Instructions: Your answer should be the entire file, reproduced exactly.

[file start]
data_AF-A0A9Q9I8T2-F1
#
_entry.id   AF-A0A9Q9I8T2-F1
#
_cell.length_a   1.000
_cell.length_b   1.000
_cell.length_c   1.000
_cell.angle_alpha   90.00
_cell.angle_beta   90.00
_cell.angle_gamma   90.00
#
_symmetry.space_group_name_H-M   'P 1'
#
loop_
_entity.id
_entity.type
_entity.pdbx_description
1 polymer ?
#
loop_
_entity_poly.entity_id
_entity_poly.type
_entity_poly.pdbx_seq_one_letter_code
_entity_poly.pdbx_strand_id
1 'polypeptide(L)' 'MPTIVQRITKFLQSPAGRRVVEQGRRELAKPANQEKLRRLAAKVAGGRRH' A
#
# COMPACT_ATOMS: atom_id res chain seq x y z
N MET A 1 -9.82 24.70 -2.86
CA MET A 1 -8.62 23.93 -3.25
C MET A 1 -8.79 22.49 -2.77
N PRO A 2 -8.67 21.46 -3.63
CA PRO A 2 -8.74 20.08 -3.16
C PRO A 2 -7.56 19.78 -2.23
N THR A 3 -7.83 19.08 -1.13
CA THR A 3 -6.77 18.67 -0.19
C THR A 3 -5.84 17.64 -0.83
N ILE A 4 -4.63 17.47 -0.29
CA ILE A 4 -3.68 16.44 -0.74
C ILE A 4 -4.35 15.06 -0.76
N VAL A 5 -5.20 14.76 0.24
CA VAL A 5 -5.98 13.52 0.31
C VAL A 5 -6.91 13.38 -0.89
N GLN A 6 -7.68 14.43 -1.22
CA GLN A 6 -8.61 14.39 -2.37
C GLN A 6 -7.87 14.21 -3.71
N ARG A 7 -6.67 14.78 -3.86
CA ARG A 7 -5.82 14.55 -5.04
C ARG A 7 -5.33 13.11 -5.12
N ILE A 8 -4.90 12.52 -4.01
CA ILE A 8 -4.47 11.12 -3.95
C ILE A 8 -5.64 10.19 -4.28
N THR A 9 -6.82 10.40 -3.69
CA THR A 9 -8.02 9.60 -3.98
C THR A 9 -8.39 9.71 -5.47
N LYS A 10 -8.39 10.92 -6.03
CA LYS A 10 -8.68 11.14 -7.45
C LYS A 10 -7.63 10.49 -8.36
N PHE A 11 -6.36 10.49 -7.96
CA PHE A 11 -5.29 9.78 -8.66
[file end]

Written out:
data_AF-A0A9Q9I8T2-F1
#
_entry.id   AF-A0A9Q9I8T2-F1
#
_cell.length_a   1.000
_cell.length_b   1.000
_cell.length_c   1.000
_cell.angle_alpha   90.00
_cell.angle_beta   90.00
_cell.angle_gamma   90.00
#
_symmetry.space_group_name_H-M   'P 1'
#
loop_
_entity.id
_entity.type
_entity.pdbx_description
1 polymer ?
#
loop_
_entity_poly.entity_id
_entity_poly.type
_entity_poly.pdbx_seq_one_letter_code
_entity_poly.pdbx_strand_id
1 'polypeptide(L)' 'MPTIVQRITKFLQSPAGRRVVEQGRRELAKPANQEKLRRLAAKVAGGRRH' A
#
# COMPACT_ATOMS: atom_id res chain seq x y z
N MET A 1 -9.82 24.70 -2.86
CA MET A 1 -8.62 23.93 -3.25
C MET A 1 -8.79 22.49 -2.77
N PRO A 2 -8.67 21.46 -3.63
CA PRO A 2 -8.74 20.08 -3.16
C PRO A 2 -7.56 19.78 -2.23
N THR A 3 -7.83 19.08 -1.13
CA THR A 3 -6.77 18.67 -0.19
C THR A 3 -5.84 17.64 -0.83
N ILE A 4 -4.63 17.47 -0.29
CA ILE A 4 -3.68 16.44 -0.74
C ILE A 4 -4.35 15.06 -0.76
N VAL A 5 -5.20 14.76 0.24
CA VAL A 5 -5.98 13.52 0.31
C VAL A 5 -6.91 13.38 -0.89
N GLN A 6 -7.68 14.43 -1.22
CA GLN A 6 -8.61 14.39 -2.37
C GLN A 6 -7.87 14.21 -3.71
N ARG A 7 -6.67 14.78 -3.86
CA ARG A 7 -5.82 14.55 -5.04
C ARG A 7 -5.33 13.11 -5.12
N ILE A 8 -4.90 12.52 -4.01
CA ILE A 8 -4.47 11.12 -3.95
C ILE A 8 -5.64 10.19 -4.28
N THR A 9 -6.82 10.40 -3.69
CA THR A 9 -8.02 9.60 -3.98
C THR A 9 -8.39 9.71 -5.47
N LYS A 10 -8.39 10.92 -6.03
CA LYS A 10 -8.68 11.14 -7.45
C LYS A 10 -7.63 10.49 -8.36
N PHE A 11 -6.36 10.49 -7.96
CA PHE A 11 -5.29 9.78 -8.66